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When I got the email from the Thomas Mann House (where I should be btw enjoying the life of a public intellectual right now) asking if I would like to participate at #MutuallyMann I instantly told myself: Finally! An excuse to take a break of my usual theoretical readings and enjoy some nice literature in my very mild German quarantine. Of course I could not keep up with the reading schedule (sorry @thomas_mann_house !) between my projects, dozens of too long video calls and the kids of very dear friends who think that their father is a real magician. Therefore, I just began reading “Mario and the Magician” in an anarchist move without checking the schedule again. Guilty 🙋🏽‍♂️ What would I do to drink a fresh lemonade in Torre di Venere right now!? If Corona is making me wait till I can be in Los Angeles, let me at least enjoy good old Bella Italia as they say in German. “Yes, decidedly one should go to Torre […] in May, before the water is warm enough to tempt the Southerner to bathe“, writes Thomas Mann. Mmmmmh 😌. Even imagining the magician with the ugly hair in front of me did not bother me initially. I maybe got used to men with ugly hair, it felt familiar anyway 🤷🏽‍♂️. Only the faces of the excited kids & their parents buying Cipolla’s shit show while he was humiliating its victims brought me back to reality tbh. I had to think about the 13%, the 22%, the 36%, the 51% of voters in different European countries & the United States… you might now the rest of this story. After reading the short text, as usual, I started to search the internet to look up if I am right or wrong with my analysis of the novel. It’s just a nerdy thing that I can’t let go. I spend a few minutes looking at the different covers of ancient issues of “Mario and the Magician” (see above). Then I found an article that compares Cipolla to someone else very familiar: “The Evil Magician Casts a Spell. Donald Trump's eerie likeness to Thomas Mann's Mussolini parable” (The New Republic, August 15, 2016). And there I was again in my good old thinking, reading and writing mode about who shapes our existence today and why so many people applaud watching the abuse of the marginalized.

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April 29, 2020
April 29, 2020
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“The Cavaliere's performance was to take place in a hall where during the season there had been a cinema with a weekly programme.” – This line from Thomas Mann’s 1930 “Mario and the Magician” locates the magician’s or Cavaliere's performance in a cinematic space. Weimar cinema in particular is populated with characters like Mann’s magician hypnotist, a deranged artist and backwoods dictator. Jewish-German film critic and U.S. immigrant Siegfried Kracauer explained this “procession of tyrants” such as Dr. Caligari, Nosferatu and Dr. Mabuse with a collective unconsciousness overwhelmed by freedom and prone to submission under absolute order. Unlike these films but like Kracauer’s critique, “Mario and the Magician” brings to light a fatal political psychology that needs to be confronted with the complex layers of reality and the demands of reason. Mann and Kracauer exchanged friendly letters from 1934 to 1945 while they both lived in exile. In 1938, the Nobel laureate recommended the critic for a scholarship to enable him to write his book “From Caligari to Hitler,” which was finally published in 1947. The picture shows Rudolf Klein-Rogge as the title character in Fritz Lang’s 1922 "Dr. Mabuse the Gambler." The quote is from Thomas Mann: Death in Venice and Seven Other Stories. Vintage International, 1989, p. 144. #MutuallyMann #thomasmann #siegfriedkracauer #fritzlang #rudolfkleinrogge #germanliterature #germanfilm #germanexpressionism #filmtheory #weimarcinema #weimarculture #exile #literature #exileliterature #marioandthemagican #marioundderzauberer #fromcaligaritohitler #drmabuse #nosferatu #drcaligari #thomasmannhouse #thomasmannarchiv Call no. B-I-KRAC-5 #kepplertasaki #sfischerverlage @thomas_mann_house @_s_fischer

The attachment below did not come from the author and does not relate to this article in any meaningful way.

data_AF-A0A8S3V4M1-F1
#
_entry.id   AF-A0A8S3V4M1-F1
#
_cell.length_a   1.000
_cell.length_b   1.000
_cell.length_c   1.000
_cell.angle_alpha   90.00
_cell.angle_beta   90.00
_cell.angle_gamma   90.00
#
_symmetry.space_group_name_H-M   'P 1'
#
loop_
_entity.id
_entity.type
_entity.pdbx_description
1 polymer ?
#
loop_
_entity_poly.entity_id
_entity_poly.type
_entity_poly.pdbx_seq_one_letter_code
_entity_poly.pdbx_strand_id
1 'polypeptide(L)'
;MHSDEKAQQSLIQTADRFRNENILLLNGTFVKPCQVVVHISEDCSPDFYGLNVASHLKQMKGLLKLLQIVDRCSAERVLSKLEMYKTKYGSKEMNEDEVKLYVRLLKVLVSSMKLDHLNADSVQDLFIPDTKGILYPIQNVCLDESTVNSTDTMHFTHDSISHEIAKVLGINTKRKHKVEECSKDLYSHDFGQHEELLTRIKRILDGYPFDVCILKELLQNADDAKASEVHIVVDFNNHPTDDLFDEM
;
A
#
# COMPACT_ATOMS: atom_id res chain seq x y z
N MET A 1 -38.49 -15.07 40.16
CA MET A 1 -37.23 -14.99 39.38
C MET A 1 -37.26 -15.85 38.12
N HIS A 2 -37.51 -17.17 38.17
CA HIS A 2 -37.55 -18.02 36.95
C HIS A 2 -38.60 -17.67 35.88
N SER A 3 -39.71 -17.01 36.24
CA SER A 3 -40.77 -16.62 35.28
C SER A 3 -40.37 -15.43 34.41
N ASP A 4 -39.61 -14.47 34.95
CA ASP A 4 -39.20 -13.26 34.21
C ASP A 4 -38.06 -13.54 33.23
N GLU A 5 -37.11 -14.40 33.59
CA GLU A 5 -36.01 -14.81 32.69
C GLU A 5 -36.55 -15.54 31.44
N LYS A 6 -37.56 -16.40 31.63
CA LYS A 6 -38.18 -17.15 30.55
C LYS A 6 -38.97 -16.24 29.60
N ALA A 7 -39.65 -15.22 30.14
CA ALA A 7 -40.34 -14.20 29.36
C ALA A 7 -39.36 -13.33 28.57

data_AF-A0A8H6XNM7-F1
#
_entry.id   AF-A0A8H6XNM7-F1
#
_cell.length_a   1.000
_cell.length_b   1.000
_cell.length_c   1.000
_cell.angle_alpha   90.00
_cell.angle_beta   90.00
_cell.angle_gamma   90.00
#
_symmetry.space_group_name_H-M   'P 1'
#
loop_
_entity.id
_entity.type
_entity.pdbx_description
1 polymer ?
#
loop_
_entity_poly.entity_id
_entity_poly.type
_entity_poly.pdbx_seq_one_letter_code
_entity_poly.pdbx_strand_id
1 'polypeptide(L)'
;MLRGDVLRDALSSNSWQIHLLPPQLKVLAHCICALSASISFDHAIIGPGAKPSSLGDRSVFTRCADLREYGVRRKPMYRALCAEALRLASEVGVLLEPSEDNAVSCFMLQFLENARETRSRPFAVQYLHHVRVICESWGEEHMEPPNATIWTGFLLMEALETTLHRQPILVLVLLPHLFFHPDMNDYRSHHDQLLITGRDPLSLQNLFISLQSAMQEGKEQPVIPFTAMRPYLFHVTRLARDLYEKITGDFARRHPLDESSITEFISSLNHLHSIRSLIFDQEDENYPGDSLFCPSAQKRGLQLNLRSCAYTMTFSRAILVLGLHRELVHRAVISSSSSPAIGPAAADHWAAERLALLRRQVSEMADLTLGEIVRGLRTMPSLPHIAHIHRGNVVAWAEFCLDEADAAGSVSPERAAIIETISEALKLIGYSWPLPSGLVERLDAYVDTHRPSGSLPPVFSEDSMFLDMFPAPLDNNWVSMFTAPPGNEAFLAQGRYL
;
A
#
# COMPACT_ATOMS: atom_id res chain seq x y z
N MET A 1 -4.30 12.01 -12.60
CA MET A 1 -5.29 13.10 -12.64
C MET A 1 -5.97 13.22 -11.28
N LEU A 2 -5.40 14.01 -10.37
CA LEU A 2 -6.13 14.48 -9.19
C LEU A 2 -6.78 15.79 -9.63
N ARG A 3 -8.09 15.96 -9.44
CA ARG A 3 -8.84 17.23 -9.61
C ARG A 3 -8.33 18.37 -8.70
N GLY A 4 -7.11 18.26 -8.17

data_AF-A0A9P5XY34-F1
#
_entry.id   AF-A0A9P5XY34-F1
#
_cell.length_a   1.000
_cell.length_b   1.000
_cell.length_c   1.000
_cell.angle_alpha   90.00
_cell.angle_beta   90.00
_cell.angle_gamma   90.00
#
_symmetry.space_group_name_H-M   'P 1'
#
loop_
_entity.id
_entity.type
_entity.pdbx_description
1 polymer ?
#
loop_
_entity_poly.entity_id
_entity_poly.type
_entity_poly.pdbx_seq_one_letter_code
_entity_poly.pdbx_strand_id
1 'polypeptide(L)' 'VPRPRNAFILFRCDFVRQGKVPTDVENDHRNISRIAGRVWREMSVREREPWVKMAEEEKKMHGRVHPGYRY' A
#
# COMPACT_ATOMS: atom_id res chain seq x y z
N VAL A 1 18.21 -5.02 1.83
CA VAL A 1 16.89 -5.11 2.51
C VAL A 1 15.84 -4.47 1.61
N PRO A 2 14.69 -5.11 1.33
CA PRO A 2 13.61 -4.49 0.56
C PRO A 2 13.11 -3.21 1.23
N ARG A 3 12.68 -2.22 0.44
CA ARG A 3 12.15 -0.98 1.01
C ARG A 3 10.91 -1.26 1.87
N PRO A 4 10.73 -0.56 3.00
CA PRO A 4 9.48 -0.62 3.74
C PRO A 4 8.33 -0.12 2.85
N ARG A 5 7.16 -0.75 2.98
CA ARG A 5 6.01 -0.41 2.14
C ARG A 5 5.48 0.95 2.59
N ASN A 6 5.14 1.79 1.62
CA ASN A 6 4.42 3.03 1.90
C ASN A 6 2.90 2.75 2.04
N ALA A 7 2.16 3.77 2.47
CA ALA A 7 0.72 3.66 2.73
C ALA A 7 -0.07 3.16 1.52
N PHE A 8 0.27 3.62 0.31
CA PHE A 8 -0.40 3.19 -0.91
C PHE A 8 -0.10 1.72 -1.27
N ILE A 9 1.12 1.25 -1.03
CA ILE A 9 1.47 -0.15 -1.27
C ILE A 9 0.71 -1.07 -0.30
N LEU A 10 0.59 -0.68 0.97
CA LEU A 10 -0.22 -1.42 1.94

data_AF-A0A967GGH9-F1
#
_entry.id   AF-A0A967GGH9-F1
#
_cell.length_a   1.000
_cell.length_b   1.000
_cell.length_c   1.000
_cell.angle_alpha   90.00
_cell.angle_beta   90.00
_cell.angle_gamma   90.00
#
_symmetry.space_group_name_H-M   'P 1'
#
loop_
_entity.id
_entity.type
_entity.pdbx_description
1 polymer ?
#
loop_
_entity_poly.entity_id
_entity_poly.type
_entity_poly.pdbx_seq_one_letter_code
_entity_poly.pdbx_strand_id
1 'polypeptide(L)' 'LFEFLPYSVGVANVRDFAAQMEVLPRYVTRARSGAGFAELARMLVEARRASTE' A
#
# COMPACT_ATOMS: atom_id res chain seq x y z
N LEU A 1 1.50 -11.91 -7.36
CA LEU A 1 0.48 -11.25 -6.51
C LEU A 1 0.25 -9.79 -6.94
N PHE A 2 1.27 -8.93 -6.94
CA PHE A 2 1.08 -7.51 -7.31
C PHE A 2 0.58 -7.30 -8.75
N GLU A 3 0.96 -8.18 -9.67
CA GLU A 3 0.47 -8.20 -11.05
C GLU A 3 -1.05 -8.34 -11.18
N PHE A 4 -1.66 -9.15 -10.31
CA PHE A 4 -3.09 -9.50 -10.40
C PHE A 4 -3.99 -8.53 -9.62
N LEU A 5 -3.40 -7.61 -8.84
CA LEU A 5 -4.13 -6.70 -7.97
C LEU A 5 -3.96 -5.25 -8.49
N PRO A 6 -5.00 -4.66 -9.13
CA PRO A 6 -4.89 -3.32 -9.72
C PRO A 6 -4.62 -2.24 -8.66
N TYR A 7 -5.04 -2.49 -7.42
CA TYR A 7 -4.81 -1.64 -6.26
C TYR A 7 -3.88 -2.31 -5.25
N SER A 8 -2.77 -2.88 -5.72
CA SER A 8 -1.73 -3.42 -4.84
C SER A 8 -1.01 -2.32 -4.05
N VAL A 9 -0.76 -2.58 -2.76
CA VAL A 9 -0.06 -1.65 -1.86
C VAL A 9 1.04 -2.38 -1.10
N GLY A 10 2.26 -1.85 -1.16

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April 28, 2020

Manuscript page of “Mario and the Magician“

For our initiative, the Thomas-Mann-Archive at ETH Zurich shared a very rare treasure with us: The only remaining manuscript page of “Mario and the Magician“! 

April 28, 2020
April 28, 2020

“The Ethics of Adulthood in Times of Crisis” by Veronika Fuechtner

Today’s second contribution by Veronika Fuechtner, Professor of German at Dartmouth, is looking at the central role of children in “Mario and the Magician:“ In which way do kids communicate with other children across language barriers and how does their attention oscillate between overstimulation and boredom in Mann’s story?

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April 28, 2020
April 28, 2020

Alex Ross on “Mario and the Magician”

Day two of #MutuallyMann starts with another exciting video message!

“An allegory of art and the artist” – Alex Ross, music critic for the The New Yorker, enriches our discussion by reflecting on the motif of the “Zauberer” (magician) and the power of art to realize grotesque, sometimes even destructive energies.

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April 27, 2020

“Thomas Mann and the civilized ‘we’” by Hedwig Richter

The second contribution for the first day comes from Hedwig Richter, Professor of Modern and Contemporary History. What was the self-image of the German bourgeoisie at the time Thomas Mann wrote the novella? Her text gives us a better understanding of Mann’s self-conception and the cultural and political climate in 1929, and serves as another great introduction to our story.

April 27, 2020
April 27, 2020

Tobias Boes on “Mario and the Magician”

Today is the day! Let’s get started with #MutuallyMann…

The first contribution comes in the form of a video message by Tobias Boes, a literary scholar at the University of Notre Dame. What were the circumstances under which Thomas Mann wrote “Mario and the Magician“ and why was 1929 such a crucial year for the author?

April 27, 2020
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Initiators

Thomas Mann House, a residency center and space for transatlantic debate in Los Angeles, California.
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S. Fischer Verlag, publishing house and publisher of Mann’s work in Germany, Frankfurt am Main.